A Kiwi dad whose daughters in Australia frequently visit him in New Zealand is concerned the Government's new rules charging some people for managed isolation will stop him being able to see them.
It was announced on Wednesday that Kiwis returning home to live won't be charged for their 14-day stay, and only a narrow group will be liable for these costs. They include people returning temporarily and not facing financial hardship, and Kiwis who decide to leave for a business trip or holiday for fewer than 90 days.
Dad Chris Wilson is usually visited by his two daughters every school holiday, but now it's been six months since he's seen them.
He was waiting for the longer summer holidays to see his girls, but now he's worried the isolation charges will get in the way.
"I'm going to have to break it to them that that's not doable and it's looking like another six months, so a year apart from your kids," he said.
"It makes you pretty sad."
The Government will charge $3100 for an adult. It's $950 for additional adults and $475 for additional children. There will be exemptions on compassionate grounds for the likes of funerals.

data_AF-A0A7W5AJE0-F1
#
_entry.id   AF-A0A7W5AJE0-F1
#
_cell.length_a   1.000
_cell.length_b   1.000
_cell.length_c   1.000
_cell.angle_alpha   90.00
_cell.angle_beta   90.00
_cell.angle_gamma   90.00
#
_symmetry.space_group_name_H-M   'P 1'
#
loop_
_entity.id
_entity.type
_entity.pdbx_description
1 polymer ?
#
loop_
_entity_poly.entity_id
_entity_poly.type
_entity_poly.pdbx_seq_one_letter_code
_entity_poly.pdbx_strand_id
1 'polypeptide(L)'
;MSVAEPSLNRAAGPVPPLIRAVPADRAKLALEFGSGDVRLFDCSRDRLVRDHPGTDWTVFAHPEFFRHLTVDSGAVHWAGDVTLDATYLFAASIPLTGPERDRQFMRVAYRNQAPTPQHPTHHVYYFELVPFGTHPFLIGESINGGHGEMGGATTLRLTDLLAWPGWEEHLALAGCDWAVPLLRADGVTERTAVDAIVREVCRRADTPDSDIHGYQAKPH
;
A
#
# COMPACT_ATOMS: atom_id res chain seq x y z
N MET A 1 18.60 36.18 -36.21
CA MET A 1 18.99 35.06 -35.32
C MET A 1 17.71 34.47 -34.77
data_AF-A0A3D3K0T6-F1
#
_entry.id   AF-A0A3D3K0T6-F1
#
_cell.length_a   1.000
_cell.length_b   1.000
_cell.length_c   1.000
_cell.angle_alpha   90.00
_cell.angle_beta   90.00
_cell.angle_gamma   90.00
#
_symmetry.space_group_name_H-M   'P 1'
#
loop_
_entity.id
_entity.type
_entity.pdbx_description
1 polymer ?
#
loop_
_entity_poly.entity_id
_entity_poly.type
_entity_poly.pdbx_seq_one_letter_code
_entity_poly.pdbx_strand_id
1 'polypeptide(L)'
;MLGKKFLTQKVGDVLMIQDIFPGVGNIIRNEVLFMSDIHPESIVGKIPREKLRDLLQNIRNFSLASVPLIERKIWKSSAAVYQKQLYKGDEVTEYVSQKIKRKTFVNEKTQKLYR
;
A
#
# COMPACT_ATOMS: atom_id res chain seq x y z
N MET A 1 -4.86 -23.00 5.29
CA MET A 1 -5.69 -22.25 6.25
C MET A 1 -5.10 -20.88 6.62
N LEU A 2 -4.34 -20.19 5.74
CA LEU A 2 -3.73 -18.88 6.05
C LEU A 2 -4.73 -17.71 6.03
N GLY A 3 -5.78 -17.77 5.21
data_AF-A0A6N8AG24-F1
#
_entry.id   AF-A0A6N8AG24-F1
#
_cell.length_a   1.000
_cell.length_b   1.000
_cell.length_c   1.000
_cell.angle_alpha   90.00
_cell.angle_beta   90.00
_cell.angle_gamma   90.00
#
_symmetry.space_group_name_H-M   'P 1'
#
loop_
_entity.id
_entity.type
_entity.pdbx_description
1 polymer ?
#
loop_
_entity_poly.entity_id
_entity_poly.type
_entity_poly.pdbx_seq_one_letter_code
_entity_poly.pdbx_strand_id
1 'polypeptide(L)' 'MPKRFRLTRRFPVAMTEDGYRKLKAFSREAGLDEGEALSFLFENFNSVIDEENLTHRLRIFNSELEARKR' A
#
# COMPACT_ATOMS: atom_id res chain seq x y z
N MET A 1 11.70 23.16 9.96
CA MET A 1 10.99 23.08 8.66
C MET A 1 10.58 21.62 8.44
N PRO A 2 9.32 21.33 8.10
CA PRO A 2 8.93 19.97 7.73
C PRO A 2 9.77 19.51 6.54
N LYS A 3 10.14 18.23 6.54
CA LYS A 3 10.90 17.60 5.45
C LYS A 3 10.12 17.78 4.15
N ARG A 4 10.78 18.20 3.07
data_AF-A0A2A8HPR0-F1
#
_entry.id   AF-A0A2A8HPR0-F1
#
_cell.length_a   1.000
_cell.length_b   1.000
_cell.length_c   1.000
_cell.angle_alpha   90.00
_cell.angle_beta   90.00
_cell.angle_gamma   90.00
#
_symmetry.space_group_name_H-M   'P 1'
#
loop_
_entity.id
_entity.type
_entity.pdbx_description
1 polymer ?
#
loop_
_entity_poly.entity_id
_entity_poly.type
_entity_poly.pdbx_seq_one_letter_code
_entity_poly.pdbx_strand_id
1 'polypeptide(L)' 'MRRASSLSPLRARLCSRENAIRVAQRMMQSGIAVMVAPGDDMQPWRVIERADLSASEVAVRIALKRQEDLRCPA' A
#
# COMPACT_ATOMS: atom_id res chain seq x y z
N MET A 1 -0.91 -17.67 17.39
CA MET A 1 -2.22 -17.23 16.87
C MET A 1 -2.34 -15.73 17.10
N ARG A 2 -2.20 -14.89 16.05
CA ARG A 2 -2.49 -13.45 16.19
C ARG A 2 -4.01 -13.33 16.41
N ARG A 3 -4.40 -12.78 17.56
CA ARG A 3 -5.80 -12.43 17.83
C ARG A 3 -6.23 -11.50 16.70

Minister in charge of managed isolation Megan Woods said the amount of revenue collected "won't be huge". The scheme is expected to earn just $10 million of the $479 million put aside for managed isolation.
National leader Judith Collins said the revenue expected to be earned back is "a total failure" and the Government "should be ashamed of themselves".
New Zealand First leader Winston Peters echoed National. He backed the legislation but called for charges for all who come through managed isolation.
"They know not having contributed to the tax of this country for the past five, 10, 30 years means there's a cost to them," he says.
But the Green Party is totally opposed, co-leader James Shaw said.
"A fee for people who had already left the country was really unfair."
The legislation will be rushed through Parliament before the House rises for the election campaign next week.